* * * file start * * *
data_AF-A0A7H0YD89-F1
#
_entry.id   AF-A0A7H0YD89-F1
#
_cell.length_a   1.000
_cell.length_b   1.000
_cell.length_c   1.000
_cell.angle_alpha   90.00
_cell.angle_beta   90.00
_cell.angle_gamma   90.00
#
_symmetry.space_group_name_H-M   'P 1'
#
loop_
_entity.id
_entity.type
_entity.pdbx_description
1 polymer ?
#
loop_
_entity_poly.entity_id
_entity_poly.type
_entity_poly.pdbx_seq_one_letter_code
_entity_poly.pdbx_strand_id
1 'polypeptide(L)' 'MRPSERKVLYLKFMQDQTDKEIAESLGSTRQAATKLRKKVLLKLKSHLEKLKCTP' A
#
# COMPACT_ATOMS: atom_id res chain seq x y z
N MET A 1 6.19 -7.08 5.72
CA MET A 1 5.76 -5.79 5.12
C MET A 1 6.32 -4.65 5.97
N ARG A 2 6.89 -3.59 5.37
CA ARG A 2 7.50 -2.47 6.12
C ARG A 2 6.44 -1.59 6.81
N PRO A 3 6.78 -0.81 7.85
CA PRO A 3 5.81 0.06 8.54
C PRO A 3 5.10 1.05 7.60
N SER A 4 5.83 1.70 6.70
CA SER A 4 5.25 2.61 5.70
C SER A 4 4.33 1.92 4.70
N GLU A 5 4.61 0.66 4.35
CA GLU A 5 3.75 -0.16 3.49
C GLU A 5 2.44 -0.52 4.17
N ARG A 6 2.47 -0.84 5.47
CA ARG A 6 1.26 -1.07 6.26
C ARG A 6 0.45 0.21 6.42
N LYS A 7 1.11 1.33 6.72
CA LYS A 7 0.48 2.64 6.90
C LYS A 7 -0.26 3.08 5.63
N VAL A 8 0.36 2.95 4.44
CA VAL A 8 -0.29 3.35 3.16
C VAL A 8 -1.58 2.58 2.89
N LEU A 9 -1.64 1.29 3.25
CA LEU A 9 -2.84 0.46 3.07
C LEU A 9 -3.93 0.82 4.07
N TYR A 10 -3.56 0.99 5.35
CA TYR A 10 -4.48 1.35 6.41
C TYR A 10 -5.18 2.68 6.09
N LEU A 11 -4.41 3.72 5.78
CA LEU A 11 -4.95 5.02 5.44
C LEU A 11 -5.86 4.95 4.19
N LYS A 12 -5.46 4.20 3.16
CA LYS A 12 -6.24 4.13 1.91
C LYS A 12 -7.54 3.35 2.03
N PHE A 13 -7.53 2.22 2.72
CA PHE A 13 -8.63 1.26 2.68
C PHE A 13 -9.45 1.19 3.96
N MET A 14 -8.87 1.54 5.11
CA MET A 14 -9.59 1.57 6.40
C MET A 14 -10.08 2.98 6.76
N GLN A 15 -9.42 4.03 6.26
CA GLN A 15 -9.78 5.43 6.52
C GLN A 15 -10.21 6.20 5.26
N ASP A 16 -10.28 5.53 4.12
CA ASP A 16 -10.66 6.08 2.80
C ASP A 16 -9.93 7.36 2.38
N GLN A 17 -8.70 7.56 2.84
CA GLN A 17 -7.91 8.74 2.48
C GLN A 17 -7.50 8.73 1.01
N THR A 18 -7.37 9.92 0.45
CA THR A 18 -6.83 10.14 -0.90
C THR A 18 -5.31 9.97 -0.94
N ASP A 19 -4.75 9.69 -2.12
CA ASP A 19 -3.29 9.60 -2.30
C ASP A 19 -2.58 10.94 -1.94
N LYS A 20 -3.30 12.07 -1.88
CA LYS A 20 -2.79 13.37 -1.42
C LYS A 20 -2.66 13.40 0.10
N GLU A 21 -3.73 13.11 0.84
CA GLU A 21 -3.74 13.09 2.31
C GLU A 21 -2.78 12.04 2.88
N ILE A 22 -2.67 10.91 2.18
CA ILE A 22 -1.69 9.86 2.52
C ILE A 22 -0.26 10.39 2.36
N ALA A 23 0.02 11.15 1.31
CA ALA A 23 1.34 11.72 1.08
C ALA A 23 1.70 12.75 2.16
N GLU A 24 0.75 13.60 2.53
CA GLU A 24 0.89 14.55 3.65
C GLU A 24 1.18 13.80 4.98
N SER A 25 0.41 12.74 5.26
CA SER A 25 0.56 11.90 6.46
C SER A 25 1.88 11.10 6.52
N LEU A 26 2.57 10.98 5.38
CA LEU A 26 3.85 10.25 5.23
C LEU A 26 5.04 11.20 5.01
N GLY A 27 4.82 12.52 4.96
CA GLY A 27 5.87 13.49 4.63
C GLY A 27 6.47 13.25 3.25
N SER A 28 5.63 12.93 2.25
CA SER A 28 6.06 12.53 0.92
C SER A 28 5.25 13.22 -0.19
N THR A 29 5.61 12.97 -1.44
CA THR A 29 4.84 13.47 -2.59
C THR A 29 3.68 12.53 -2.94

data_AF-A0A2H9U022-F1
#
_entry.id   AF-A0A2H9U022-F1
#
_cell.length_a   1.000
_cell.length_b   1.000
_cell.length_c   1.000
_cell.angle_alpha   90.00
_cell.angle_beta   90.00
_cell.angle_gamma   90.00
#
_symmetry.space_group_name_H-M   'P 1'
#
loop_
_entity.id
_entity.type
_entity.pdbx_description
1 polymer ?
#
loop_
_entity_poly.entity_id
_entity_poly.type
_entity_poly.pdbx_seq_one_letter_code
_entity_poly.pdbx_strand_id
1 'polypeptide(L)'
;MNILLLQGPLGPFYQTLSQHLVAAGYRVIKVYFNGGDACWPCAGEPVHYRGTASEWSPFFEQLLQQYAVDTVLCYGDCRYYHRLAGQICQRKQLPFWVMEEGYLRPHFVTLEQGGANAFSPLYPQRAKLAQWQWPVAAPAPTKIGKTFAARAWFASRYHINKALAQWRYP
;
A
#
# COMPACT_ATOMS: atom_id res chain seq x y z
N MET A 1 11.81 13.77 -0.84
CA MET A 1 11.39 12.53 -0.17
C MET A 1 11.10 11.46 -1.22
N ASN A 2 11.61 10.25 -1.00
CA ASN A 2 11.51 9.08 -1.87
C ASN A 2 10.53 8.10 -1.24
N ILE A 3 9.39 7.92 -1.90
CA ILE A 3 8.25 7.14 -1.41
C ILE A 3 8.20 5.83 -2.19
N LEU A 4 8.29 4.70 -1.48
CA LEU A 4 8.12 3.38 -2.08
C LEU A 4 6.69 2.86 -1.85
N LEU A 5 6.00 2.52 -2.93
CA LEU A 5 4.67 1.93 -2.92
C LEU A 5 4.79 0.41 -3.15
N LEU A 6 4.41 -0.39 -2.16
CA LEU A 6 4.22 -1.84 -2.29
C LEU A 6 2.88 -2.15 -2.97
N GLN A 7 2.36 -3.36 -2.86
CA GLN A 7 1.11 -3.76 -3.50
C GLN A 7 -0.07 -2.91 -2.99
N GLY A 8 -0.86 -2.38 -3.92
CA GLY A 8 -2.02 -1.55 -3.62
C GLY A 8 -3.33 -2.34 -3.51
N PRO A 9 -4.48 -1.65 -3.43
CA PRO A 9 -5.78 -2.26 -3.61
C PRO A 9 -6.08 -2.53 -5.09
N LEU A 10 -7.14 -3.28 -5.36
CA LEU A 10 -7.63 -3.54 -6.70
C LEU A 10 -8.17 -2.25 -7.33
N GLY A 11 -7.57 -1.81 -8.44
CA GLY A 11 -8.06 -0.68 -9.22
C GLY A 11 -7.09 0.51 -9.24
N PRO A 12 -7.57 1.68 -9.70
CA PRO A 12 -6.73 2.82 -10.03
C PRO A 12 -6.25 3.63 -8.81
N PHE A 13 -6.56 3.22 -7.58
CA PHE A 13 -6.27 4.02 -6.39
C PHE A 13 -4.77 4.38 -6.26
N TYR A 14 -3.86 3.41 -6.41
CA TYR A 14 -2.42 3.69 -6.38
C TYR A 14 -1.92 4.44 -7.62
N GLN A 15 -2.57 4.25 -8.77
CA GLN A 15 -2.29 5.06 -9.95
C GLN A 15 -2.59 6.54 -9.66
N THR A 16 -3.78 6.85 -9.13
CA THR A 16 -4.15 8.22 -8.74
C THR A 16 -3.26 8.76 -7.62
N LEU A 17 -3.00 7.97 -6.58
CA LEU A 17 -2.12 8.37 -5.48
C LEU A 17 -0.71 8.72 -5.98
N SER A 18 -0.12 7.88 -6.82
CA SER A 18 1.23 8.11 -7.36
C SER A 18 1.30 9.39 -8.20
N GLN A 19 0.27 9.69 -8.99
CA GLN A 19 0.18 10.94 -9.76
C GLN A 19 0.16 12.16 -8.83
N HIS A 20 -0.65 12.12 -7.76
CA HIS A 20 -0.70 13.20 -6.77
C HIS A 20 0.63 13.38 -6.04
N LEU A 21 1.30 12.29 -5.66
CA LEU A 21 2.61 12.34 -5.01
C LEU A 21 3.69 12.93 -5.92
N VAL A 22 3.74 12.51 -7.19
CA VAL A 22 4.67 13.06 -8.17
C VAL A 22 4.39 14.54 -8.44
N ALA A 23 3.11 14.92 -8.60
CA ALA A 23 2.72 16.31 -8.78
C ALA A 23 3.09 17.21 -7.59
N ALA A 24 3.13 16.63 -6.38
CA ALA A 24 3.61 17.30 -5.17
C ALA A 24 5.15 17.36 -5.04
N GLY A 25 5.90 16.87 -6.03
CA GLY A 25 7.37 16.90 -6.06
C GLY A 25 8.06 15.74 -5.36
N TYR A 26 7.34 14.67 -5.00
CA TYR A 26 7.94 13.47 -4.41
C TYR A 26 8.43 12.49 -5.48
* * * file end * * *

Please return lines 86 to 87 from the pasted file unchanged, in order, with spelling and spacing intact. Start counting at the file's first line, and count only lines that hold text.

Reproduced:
CA LYS A 20 -2.79 13.37 -1.42
C LYS A 20 -2.66 13.40 0.10